Health Nicotine addiction

Smoking shortens life by six to seven years

Smokers Smokers

Smoking increases the risk of many diseases: from lung cancer to heart attacks to rheumatism

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Every year, 127,000 people die as a result of tobacco consumption. While most people are aware of the increased risk of lung cancer, only a few have any idea what other diseases are fuelled by cigarette addiction. And how much they could save if they gave it up.

NAfter the last cigarette, smokers have a lot of hard work to do: There are many hurdles to overcome before they can successfully quit smoking – from withdrawal symptoms to the “inner demon”. On World No Tobacco Day on Friday, here’s an overview of why quitting smoking is still worthwhile:

What risks are reduced by quitting smoking?

If you keep your hands off cigarettes, you generally reduce your risk of a variety of diseases. Smoking is directly responsible for around a fifth of all cancers, but heart disease, high blood pressure, strokes and chronic bronchitis can also often be traced back to smoking. For example, smokers have a 65 percent higher risk of a heart attack than non-smokers.

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Every year, around 127,000 people in Germany die as a result of tobacco consumption, around a third of which are due to cardiovascular disease. In addition, 85,000 people develop cancer every year as a result of smoking. People who smoke or have smoked also have a much higher risk of developing chronic obstructive pulmonary disease (COPD) or rheumatoid arthritis – an inflammation of the joints. Smoking also damages the eyes, teeth, digestive tract and affects fertility.

What are the concrete benefits of waiving this?

According to the German Cancer Research Center (DKFZ), the function of the respiratory tract improves just three days after the last cigarette. After a week, blood pressure drops and with it the risk of heart attack. After one to nine months, coughing fits, blocked sinuses and shortness of breath decrease. The lungs are gradually cleansed by the breakdown of mucus. The risk of infection is reduced.

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Two years after quitting smoking, a former smoker has almost the same risk of cardiovascular disease as a non-smoker. If you have been smoke-free for five years, your risk of heart attack is the same as that of a non-smoker. After five years, the risk of cancer in the oral cavity, throat, esophagus and bladder is also halved. The risk of stroke can also fall to that of a non-smoker after just two to five years.

What about the dreaded lung cancer?

Up to 85 percent of lung cancer deaths can be attributed to tobacco consumption – for no other type of cancer can quitting smoking prevent so many deaths. Ten years after quitting, a former smoker has only half the risk of lung cancer as if he had continued smoking permanently.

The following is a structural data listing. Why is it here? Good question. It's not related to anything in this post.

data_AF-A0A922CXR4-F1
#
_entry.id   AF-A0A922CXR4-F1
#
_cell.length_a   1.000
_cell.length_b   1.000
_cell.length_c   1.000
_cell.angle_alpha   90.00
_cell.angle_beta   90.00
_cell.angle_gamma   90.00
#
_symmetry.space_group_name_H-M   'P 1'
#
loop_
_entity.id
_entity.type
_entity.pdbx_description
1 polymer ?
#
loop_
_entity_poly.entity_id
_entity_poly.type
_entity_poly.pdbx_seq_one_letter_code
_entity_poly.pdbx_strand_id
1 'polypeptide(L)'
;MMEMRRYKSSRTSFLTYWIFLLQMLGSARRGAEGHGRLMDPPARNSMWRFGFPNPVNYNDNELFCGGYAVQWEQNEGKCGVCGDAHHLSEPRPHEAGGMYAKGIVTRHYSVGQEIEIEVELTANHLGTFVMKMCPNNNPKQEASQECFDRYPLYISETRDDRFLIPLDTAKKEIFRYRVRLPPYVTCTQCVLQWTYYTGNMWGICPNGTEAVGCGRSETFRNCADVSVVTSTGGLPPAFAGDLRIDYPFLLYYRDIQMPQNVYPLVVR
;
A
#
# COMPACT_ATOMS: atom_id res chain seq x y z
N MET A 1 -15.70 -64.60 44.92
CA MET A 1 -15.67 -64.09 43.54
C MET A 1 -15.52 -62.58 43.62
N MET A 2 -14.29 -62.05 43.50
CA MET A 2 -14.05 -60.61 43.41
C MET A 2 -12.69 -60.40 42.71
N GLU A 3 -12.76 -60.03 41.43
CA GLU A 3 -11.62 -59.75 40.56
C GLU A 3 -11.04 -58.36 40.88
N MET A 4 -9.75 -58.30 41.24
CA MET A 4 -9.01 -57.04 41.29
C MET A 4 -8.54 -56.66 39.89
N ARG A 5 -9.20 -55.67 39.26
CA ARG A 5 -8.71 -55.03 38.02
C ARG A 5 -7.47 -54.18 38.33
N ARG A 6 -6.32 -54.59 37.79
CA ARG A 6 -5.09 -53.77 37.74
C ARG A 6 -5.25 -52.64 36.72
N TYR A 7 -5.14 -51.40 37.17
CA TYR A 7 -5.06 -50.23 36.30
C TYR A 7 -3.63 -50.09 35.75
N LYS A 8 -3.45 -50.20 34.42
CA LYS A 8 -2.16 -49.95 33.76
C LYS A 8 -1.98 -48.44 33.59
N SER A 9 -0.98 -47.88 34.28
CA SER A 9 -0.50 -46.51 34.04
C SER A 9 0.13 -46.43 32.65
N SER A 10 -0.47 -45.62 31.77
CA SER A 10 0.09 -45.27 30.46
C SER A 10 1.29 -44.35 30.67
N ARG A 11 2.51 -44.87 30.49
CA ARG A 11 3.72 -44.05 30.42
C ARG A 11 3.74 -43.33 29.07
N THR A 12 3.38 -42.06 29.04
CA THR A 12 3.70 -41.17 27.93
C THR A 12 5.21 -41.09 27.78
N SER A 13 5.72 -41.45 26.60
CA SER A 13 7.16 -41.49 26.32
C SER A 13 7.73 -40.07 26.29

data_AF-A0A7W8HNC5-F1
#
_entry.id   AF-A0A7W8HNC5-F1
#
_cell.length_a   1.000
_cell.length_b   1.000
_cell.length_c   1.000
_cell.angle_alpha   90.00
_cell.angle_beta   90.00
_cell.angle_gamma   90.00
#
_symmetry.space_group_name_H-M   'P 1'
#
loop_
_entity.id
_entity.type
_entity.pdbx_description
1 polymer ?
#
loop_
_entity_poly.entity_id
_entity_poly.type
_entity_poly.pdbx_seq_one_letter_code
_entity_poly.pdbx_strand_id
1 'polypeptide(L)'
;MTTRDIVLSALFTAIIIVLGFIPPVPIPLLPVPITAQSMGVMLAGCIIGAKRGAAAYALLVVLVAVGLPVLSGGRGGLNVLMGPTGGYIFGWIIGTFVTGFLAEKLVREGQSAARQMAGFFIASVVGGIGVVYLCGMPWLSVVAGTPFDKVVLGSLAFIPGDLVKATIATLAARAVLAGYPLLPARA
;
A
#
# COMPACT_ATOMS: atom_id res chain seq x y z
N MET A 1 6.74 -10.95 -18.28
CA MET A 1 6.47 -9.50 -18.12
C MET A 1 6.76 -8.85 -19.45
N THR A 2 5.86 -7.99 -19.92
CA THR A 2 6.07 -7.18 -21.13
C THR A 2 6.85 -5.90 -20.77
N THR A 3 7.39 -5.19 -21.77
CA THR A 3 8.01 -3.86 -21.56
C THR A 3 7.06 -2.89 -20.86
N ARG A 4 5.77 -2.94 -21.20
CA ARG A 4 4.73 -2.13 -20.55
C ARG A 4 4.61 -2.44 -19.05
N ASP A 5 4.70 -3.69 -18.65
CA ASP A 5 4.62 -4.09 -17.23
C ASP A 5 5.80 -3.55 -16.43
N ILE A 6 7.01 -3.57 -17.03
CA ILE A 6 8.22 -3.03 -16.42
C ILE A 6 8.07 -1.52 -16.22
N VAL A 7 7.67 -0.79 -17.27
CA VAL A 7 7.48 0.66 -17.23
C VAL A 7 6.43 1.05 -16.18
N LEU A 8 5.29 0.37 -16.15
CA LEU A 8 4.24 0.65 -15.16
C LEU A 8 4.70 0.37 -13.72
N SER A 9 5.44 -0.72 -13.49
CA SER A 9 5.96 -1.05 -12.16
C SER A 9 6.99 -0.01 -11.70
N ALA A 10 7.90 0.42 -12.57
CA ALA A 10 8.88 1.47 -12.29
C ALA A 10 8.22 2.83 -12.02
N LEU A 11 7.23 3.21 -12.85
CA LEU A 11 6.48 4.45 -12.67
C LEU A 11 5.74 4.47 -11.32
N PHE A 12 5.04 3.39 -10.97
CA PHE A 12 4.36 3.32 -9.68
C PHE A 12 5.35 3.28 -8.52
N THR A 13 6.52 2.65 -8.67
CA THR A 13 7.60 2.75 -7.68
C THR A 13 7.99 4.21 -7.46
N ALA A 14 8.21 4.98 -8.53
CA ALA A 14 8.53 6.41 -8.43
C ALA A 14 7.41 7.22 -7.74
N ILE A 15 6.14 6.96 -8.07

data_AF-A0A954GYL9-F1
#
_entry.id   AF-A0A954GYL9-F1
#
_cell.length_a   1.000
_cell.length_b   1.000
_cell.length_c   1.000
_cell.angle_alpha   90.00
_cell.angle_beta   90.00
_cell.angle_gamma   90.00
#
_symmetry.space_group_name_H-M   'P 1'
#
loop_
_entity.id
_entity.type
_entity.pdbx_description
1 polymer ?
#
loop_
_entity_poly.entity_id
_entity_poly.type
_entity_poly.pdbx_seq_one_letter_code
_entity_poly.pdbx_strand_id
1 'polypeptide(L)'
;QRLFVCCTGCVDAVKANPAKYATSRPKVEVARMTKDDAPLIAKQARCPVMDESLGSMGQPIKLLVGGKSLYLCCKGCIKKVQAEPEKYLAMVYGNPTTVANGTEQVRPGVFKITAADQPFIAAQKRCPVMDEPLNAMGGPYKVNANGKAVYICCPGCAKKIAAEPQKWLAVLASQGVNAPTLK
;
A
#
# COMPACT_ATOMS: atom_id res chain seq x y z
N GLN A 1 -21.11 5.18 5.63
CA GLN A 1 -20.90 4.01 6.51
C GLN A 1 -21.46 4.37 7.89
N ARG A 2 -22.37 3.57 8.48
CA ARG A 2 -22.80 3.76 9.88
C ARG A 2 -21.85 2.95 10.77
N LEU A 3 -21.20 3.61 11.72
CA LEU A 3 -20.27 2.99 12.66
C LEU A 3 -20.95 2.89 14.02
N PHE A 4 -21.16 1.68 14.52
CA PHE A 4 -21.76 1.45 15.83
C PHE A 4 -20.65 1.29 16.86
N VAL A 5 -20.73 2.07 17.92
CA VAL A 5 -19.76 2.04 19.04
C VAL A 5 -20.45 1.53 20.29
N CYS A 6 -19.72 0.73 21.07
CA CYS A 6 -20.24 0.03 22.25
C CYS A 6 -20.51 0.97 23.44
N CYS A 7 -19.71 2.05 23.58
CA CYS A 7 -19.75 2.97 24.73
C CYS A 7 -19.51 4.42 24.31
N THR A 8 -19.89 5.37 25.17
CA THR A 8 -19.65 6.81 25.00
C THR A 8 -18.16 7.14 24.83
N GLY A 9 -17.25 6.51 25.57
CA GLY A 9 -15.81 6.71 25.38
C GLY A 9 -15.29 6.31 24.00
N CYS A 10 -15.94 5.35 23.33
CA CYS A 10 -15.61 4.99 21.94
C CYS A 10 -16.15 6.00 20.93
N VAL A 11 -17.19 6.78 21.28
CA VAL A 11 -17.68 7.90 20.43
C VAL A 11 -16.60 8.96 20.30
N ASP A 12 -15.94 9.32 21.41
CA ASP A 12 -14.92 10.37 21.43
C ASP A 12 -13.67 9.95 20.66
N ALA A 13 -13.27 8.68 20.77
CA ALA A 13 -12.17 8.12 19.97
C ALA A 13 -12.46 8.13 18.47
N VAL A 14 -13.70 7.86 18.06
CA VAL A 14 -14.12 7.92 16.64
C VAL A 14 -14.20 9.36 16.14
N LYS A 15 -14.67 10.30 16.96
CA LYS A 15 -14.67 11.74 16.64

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Cancer statistics show a different picture: while the number of lung cancer cases in men has been falling slightly for several years, it is increasing in women. Experts attribute this to changes in smoking habits. In recent decades, more and more women have smoked, while the number of male smokers has fallen.

How does quitting smoking affect life expectancy?

According to DKFZ calculations, heavy smoking shortens life expectancy by an average of ten years. German insurers estimate that the average life expectancy is six to seven years shorter. The worst case scenario is an obese heavy smoker who drinks a lot of alcohol and eats a lot of red meat – he loses around 17 years in life expectancy compared to his male counterparts who live a particularly healthy lifestyle. For a woman, the difference is almost 14 years.

Is there a risk of weight gain?

Studies have shown that former smokers gain an average of two to four kilograms in the first few weeks after quitting. This is thought to be due to a slower metabolism and increased calorie intake after quitting smoking.

Nicotine speeds up the metabolic processes and “burns” around 200 additional calories a day. Nicotine also suppresses the appetite. After quitting smoking, the body burns less energy, and at the same time many people reach for sweets and snacks instead of cigarettes. A certain genetic predisposition may also increase the risk of weight gain.

How much can you save by quitting smoking?

The savings potential should not be underestimated. If you smoke a pack of cigarettes a day, the total costs add up to more than 35,700 euros over ten years and a good 165,000 euros after 30 years, as a model calculation by the comparison portal Verivox shows. If smokers were to invest this money in an ETF savings plan instead of cigarettes, for example, they could save more than 400,000 euros in 30 years.

Are e-cigarettes an alternative?

Experts say clearly no. According to the DKFZ, e-inhalers are probably somewhat less harmful than smoking tobacco because the liquids are not burned but heated. However, they are still a health hazard.

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According to the German Medical Association, the nicotine contained in most of these products can have a negative impact on brain development and can be addictive. In addition, e-cigarettes, which are also popular with children and young people, contain carcinogenic substances and can attack the respiratory organs and the cardiovascular system. The risk of switching to tobacco cigarettes later on is three times higher for young e-cigarette users than for their abstinent peers.